The Bend bulletin. (Bend, Or.) 1903-1931, September 23, 1920, WEEKLY EDITION, Page PAGE 4, Image 4

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The Bend Bulletin
(Weekly KdMon)
Published Br
Established 11)02.
An Independent nowspnper standing
for tho Btjunro donl, clenn business,
elonn politics nnd tho best Interests
of Bond nnd Central Oregon.
Ono yenr - 12.00
Six months - 1.00
Threo months .50
.Instances of n. inlsundcrstnndlnK of
tho results to bo expected from tho
paBsngo of tho four nnd five per cent
Interest rnto bill brought out by Mr.
Gollohur nt tho Commercial club
meeting yesterday bIiow whnt wide
spread Ignornnco exists on tho sub
ject. To tho person who Is not ac
quainted with business affairs, tho
Idea of such law appeals nt onco.
Being told that Interest rates nro to
bo fixed by law nt four nnd flvo per
cent, ho says, 'Thnt Is good. It will
bo much better If Intorest rates nro
lowered," but In saying this ho ns
numos that money will continue to
bo loaned as before, tho only differ
ence bolng in tho Intorest rnto. Here,
of course, ho is mistaken. If tho
measure should pass, loans inn do
thereafter would have to bo at tho
rates fixed. Tho point Is that loans
would not hare to be made, nnd, with
InTestmont opportunities of every
kind in other states whero no such
limit is placed on Interest rntot.
the'ro would bo no loans in Oregon at
From tho newspaper viewpoint
special Interest attaches to ono por
tion of Mr. Gollehur's remarks. Af
ter saying that the nowspapers of the
Btnto had already taken up the tight
against tho interest measure, ho
pointed out that it was not fair to
expect them to wage the battlo alone,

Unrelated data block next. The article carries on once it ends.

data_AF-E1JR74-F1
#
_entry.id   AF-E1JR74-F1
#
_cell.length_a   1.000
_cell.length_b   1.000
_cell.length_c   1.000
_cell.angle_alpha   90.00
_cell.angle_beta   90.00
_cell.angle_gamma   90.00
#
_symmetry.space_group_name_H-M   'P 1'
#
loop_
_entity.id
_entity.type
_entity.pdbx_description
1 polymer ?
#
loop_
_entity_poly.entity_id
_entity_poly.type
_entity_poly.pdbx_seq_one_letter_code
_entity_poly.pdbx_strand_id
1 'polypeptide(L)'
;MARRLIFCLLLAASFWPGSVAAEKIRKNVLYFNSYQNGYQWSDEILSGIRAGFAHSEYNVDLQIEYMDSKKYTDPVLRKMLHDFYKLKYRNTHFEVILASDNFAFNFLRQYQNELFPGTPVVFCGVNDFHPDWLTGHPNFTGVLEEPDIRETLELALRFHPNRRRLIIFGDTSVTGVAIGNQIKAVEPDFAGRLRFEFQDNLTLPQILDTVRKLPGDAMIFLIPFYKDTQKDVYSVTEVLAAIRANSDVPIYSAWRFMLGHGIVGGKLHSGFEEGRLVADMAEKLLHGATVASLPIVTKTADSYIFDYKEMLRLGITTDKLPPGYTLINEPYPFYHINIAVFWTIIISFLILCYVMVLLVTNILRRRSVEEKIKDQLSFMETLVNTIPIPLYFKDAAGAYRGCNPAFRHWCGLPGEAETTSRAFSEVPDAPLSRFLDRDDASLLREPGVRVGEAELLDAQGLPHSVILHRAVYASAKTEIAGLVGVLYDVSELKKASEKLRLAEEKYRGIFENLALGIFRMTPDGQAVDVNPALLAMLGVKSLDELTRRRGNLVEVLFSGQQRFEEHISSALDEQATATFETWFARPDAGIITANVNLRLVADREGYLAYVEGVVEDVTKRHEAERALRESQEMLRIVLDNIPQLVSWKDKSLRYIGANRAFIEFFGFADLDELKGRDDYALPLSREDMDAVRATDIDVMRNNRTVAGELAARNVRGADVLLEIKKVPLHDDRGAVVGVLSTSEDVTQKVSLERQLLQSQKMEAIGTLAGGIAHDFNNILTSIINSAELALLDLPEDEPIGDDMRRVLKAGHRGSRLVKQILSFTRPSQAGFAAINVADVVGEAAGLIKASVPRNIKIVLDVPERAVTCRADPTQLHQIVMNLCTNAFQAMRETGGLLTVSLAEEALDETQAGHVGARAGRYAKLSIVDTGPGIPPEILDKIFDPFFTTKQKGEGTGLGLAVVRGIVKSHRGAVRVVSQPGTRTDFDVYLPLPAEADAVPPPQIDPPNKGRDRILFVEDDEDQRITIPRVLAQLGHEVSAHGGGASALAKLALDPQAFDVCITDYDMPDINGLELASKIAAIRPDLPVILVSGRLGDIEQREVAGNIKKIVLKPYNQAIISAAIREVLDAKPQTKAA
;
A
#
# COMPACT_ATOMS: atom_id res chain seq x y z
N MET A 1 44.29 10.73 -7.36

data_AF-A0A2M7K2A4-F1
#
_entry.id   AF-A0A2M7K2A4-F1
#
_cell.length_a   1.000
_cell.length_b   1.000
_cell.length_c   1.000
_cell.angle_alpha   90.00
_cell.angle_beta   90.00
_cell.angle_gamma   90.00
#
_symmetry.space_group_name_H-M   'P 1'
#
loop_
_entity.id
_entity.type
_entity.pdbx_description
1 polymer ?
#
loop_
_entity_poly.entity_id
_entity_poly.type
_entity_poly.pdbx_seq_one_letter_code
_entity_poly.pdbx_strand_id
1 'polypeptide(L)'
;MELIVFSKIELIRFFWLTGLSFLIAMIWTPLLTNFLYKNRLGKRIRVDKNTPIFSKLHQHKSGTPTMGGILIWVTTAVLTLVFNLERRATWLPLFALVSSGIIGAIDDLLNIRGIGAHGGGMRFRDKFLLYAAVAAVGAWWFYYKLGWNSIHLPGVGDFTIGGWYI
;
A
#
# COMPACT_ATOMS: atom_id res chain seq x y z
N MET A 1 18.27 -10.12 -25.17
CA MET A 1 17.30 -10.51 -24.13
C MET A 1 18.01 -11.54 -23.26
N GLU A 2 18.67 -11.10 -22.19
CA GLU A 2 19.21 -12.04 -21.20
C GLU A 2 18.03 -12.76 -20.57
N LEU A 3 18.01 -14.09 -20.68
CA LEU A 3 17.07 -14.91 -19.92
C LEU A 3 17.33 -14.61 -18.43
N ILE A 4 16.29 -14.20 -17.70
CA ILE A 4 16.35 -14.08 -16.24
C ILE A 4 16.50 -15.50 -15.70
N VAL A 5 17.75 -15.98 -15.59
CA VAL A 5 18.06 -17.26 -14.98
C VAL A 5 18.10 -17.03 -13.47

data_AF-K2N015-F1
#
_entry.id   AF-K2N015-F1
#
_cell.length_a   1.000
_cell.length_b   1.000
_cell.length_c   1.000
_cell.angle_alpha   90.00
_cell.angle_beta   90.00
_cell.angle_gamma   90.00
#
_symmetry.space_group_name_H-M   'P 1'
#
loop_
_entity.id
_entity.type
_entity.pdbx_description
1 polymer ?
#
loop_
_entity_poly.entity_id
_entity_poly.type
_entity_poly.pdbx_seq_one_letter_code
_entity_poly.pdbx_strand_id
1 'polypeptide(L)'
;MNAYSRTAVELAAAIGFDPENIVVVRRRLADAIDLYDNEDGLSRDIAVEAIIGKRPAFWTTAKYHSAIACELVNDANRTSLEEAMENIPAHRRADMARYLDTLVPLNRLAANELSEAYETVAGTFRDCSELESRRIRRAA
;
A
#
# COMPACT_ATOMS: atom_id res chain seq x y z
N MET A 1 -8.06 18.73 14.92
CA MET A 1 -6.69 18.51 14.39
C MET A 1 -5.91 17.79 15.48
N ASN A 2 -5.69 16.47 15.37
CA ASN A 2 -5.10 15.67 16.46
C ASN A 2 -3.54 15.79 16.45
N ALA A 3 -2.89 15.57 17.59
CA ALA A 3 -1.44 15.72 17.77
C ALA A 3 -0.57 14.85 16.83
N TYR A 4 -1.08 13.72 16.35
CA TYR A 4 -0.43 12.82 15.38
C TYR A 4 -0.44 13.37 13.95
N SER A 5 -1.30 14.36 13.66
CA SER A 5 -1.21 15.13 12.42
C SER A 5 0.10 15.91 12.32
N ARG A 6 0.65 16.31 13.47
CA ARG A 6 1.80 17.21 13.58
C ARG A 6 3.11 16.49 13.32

and this will appeal to all ns abso
lutely correct. Tho newspaper is ex
pected to tako tho lead in matters
pertaining to tho public welfare, but,
at tho samo time. It has n right to ex
pect that it will be supported and up
held In Its work.
Fortunately, the newspapers of
Bend havo always received hearty
support, nnd they will undoubtedly
c ntlnuo to reccivo it.
they romnln to tell another story to u
different rnco.
Of tho flvo different spots whoro
tho plcturo writing Is found, tho
most ncccsslhlo to Bond is just oft
tho Tumnlo road and near tho town
of Tumnlo. Hero n sluglo rock
shows pictures apparently intondod
to represent n man, tho sun nnd a
horse. On tho rock slldo that bord
ers tho newly opened road botwoon
Sparks ami Dovil's lakes thoro nro as
many as sovon different sots of pic
turds, nnd on tho trail from Tumnlo
creek to Tumnlo lake thoro Is a
stono with two characters on It.
Moro extonstvo and elnhornto
drawings than nny of theso are
found, wo nro told, mi a largo rock
on tho old Prlnovillo road from tho
'Mllllonn valley, nnd on rocks In n
canyon on the east slda of Tumnlo
creek, threo or four miles from town.
Possibly thoro nro others of which
somcotio will now tell us and possib
ly thoro Is still someouo hero who
enn say what tho Blgns mean. Wo
trust this may bo so.
Whether or not wo loam what tho
signs moan, sentiment for their pres
ervation should bo dovoloned. Van
dals havo marked over them in some
places and there Is always a possi
bility that they will bo destroyed,
which would bo moit unfortunate
for whatever Is of Interest In our out
of door country should bo zealously
A nows Item from Corvallls says
that at least 12 of tho school of for
estry graduates In tho last three
years are now pulling down salaries
ranging from $2500 to $4000 In tho
logging industry. Hero is' pretty
good evidenco of tho valuo of an ed